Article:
Home sales in Canada’s three largest cities surged last month, but RBC anticipates softening in the next few months.
“Aside from some bumps in downtown condo markets, this summer’s broad market rally remained largely intact so far this fall,” said the bank’s report, Canada’s Housing Market was Exceptionally Strong in October. “Still, with earlier pent-up demand now entirely exhausted and tight supply poised to become more of a constraint on activity, we expect things to slow down in the coming months.”
Year-over-year, home sales in Toronto, Montreal and Vancouver increased by 24.4%, 35.9% and 30.9%, respectively, in October, but with new listings rising by 16% during the same period, driven mainly by downtown condo markets, the flurry of activity could wind down.
“The downtown condo market is currently the weak spot in Canada’s housing picture,” said the report. “Many condo investors have been hit hard by the downturn in the rental market (both long-term and short-term) in Canada’s largest markets and are offloading their units. Soaring supply is tipping the scale in favour of buyers.”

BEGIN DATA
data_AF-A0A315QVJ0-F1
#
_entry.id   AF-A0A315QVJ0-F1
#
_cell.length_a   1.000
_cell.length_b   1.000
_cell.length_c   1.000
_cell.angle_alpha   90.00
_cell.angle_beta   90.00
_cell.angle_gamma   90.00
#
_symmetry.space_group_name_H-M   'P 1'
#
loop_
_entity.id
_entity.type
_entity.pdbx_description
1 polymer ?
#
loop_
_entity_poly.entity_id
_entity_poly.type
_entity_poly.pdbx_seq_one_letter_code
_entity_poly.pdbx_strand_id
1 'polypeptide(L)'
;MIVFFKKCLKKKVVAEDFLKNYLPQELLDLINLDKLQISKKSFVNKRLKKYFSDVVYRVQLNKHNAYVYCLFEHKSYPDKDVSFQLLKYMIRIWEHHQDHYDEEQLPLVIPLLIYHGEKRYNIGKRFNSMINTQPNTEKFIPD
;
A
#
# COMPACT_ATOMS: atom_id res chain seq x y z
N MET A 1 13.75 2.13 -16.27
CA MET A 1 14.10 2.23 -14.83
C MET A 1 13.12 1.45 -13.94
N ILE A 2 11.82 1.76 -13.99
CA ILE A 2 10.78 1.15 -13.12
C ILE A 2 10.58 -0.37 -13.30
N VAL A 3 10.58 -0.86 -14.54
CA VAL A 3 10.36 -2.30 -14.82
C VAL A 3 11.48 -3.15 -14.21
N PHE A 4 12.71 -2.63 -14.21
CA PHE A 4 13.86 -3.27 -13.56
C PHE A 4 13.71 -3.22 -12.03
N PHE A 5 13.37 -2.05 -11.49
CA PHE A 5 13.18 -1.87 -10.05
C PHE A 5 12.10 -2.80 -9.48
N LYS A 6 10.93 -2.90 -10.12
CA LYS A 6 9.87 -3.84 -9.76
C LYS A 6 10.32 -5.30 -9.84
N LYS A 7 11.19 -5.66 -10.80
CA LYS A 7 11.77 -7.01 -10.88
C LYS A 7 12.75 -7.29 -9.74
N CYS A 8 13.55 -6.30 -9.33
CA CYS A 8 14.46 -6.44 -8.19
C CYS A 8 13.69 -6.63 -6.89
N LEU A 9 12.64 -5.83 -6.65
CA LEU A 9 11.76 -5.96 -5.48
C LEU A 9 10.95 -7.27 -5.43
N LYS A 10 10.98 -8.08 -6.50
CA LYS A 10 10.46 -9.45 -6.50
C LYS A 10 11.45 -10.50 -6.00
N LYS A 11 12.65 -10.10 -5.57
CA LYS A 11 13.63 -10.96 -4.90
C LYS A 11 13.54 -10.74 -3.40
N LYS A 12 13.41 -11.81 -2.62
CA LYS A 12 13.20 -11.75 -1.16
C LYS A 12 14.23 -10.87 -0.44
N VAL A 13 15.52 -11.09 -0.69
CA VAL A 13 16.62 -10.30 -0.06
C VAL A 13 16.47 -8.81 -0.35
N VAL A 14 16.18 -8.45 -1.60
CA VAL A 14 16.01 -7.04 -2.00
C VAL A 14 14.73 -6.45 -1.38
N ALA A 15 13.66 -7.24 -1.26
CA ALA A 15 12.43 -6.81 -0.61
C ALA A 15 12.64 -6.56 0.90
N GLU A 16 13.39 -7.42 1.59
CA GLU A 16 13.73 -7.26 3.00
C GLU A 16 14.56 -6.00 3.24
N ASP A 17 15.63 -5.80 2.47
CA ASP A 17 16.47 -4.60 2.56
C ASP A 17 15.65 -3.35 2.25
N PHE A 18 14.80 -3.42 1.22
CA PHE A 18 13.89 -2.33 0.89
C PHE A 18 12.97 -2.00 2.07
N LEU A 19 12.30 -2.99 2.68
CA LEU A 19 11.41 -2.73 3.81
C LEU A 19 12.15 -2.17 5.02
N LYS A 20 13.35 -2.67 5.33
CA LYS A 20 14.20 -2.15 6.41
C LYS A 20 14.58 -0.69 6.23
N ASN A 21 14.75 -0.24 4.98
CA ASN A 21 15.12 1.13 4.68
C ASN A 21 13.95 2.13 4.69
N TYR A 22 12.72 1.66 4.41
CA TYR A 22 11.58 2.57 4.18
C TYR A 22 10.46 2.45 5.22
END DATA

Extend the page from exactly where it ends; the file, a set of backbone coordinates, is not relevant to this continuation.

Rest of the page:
The report added that condo prices have plateaued in Greater Toronto and Vancouver, and so has rental demand.
“We expect condo prices to decline further in the near term,” continued the report. “With immigration largely stalled and unemployment remaining high among lower-income Canadians, we see little that will boost rental demand in short order.”
Problems pertaining to affordability could reemerge in the housing market, as well, because constricted supply inevitably drives prices higher.
“We expect the covid-induced market churn to fade over the coming year. As it does, supply will become even more of a constraint on overall activity. The persistence of tight overall demand-supply conditions will maintain strong upward pressure on prices—bringing affordability issues back into the fore. These factors, in our view, will slow down the pace of home resales across Canada.”
The RBC report concedes that virtually nobody could have predicted that the worst recession in generations would result in housing price acceleration, and it suggests the market could go in either direction depending on: how the burgeoning work-from-home trend continues, near-term interest rate movement, when immigration to Canada will resume, how the pandemic’s second wave and fallout from mortgage deferrals play out.
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